Lichens are a bit strange. One guidebook says, “think of lichens as fungi that have discovered agriculture”. Lichens are a fungus (similar to mushrooms) that cultivates algae inside them. The algae inside are protected (a win for them, which is why they live there), and through photosynthesis, generate carbohydrates, vitamins and proteins that the fungus lives on. The ultimate in symbiotic relationships.
There are over 400 visible macrolichen species in the Rockies (ones big enough to see easily), and over 1,000 species in total if you had a microscope and went looking. On this page, we look at Usnea, or Old Man’s Beard, here you can see Bryoria or here you can learn about Wolf Lichen. Hypogymnia Physodes, is a tree-based lichen just like Usnea. Lichens can live on trees, on the ground, or on rocks. They can take forms of dust, crusts, scales, leaves, clubs, shrubs or hairs (like Usnea). And they all look the same all year round.
Hypogymnia physodes, also known as Grey Monk’s-Hood, Hooded Bone, Heather Rags or Tube Lichen, is leafy, but to us always looks like a miniature version of the coral heads that you see when snorkelling.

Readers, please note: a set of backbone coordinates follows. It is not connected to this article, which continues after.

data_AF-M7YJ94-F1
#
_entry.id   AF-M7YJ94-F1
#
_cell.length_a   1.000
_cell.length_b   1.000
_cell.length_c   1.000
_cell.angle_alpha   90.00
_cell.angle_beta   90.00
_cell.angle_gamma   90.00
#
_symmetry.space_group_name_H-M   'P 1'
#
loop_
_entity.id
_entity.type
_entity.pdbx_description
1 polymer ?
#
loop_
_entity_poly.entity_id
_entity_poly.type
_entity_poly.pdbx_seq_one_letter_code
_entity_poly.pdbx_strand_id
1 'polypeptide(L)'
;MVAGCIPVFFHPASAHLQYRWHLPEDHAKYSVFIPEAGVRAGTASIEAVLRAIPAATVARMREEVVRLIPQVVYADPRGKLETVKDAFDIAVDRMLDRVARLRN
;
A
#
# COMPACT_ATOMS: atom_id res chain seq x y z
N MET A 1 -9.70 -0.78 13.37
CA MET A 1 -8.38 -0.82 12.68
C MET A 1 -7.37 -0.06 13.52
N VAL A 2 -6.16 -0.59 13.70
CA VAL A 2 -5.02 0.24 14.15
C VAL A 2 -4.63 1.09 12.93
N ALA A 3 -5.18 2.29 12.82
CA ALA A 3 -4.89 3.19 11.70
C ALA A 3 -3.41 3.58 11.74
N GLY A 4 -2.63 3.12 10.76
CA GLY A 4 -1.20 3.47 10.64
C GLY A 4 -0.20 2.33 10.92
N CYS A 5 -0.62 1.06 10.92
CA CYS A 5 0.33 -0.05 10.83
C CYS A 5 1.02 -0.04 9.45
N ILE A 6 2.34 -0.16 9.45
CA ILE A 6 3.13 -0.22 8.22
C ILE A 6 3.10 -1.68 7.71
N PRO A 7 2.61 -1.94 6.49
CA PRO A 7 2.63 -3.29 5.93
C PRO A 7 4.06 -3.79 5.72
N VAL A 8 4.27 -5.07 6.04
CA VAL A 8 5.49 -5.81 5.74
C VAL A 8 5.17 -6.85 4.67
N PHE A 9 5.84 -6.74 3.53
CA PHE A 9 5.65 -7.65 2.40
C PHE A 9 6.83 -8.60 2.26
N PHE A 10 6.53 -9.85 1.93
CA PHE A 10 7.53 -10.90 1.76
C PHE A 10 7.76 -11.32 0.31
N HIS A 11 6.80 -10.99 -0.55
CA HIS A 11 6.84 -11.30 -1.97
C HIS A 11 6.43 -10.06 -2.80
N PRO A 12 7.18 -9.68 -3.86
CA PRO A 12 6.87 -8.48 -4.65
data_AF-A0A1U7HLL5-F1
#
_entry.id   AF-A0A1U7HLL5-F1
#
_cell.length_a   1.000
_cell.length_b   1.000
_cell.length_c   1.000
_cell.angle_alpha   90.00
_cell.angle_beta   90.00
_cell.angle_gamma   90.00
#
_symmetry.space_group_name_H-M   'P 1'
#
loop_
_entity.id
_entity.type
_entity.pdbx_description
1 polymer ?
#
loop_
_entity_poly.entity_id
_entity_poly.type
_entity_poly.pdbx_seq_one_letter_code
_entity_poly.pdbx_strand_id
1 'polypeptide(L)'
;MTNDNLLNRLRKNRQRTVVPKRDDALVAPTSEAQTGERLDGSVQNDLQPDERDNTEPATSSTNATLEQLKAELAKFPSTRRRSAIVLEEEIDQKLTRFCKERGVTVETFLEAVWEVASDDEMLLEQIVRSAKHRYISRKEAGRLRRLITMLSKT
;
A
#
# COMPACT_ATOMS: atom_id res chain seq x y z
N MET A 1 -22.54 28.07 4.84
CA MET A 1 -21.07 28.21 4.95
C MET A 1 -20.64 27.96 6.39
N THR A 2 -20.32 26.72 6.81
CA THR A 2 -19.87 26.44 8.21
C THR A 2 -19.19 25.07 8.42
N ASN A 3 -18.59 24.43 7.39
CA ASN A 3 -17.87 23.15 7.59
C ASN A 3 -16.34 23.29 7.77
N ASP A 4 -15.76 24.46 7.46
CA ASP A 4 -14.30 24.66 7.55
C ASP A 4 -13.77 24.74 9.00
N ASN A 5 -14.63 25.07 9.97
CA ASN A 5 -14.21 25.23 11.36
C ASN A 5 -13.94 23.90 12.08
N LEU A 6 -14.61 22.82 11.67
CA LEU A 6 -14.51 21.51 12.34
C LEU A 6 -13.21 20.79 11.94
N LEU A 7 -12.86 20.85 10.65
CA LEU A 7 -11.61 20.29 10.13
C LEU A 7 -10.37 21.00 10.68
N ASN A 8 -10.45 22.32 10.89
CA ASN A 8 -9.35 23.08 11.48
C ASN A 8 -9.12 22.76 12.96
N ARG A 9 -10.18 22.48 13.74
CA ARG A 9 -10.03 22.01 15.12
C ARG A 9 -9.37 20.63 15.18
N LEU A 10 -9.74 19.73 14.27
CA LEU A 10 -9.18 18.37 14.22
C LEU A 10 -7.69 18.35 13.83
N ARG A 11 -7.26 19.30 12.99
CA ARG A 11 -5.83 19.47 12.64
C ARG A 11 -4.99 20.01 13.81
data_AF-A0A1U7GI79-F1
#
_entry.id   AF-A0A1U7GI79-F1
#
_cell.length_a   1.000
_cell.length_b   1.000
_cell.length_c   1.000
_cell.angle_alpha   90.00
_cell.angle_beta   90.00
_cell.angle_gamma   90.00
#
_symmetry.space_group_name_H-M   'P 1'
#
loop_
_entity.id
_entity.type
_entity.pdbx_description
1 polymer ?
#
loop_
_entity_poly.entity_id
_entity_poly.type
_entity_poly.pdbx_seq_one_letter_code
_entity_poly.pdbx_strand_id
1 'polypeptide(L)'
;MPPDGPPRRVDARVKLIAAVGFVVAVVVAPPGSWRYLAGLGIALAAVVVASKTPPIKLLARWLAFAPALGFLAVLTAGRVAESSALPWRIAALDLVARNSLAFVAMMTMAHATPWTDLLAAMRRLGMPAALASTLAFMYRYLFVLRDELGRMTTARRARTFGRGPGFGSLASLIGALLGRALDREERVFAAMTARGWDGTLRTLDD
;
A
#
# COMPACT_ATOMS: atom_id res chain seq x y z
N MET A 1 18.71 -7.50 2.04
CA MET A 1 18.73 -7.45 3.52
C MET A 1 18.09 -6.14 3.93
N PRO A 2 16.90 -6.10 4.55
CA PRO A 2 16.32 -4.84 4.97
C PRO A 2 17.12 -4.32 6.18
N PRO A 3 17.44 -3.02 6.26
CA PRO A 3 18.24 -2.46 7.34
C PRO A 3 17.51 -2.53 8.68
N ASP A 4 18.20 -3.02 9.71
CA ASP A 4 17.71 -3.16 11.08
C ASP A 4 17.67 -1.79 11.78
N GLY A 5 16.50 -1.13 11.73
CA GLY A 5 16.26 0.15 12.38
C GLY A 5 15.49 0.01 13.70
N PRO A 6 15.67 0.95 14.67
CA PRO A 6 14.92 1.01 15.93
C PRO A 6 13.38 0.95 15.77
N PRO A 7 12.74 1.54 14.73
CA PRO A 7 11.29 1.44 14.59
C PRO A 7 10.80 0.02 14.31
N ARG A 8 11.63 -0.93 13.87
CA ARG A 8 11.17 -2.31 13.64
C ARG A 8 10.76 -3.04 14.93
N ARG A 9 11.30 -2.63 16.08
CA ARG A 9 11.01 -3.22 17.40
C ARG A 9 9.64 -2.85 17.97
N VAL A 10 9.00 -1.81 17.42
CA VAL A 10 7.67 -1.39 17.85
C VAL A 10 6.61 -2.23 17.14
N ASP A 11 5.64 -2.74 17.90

Unlike most lichens, it’s tolerant of air pollution (though not so much excess nitrogen), so can be seen in cities as well as in the wilderness.
It’s name Hypogymnia is Greek for “naked underneath”, because it lacks holdfasts that attach it to things, except right at the base. Physodese is Greek for “puffed out” or “inflated looking”, which describes the lobes of the leaves. Pull apart a lobe and it’s hollow inside, by the way, trapping air and moisture to make the algae happy.
Incredibly slow growing, those little lichens you see can be hundreds of years old, and used to date forests because they often will be older than the trees (which will eventually die, while the lichens live on).
They reproduce in many ways; they generate spores on the outside that look like dust that float off in the wind. But break a bit off and it has everything it needs to grow and thrive if it lands in the right place, like another tree branch. Hypogymnia is found literally around the world.
While not true epiphytes, they don’t damage the trees they grow on, nor draw nourishment from them. They just kinda… hang out and farm their innards.
See some of the other fascinating lichens and fungi of Kananaskis Country here!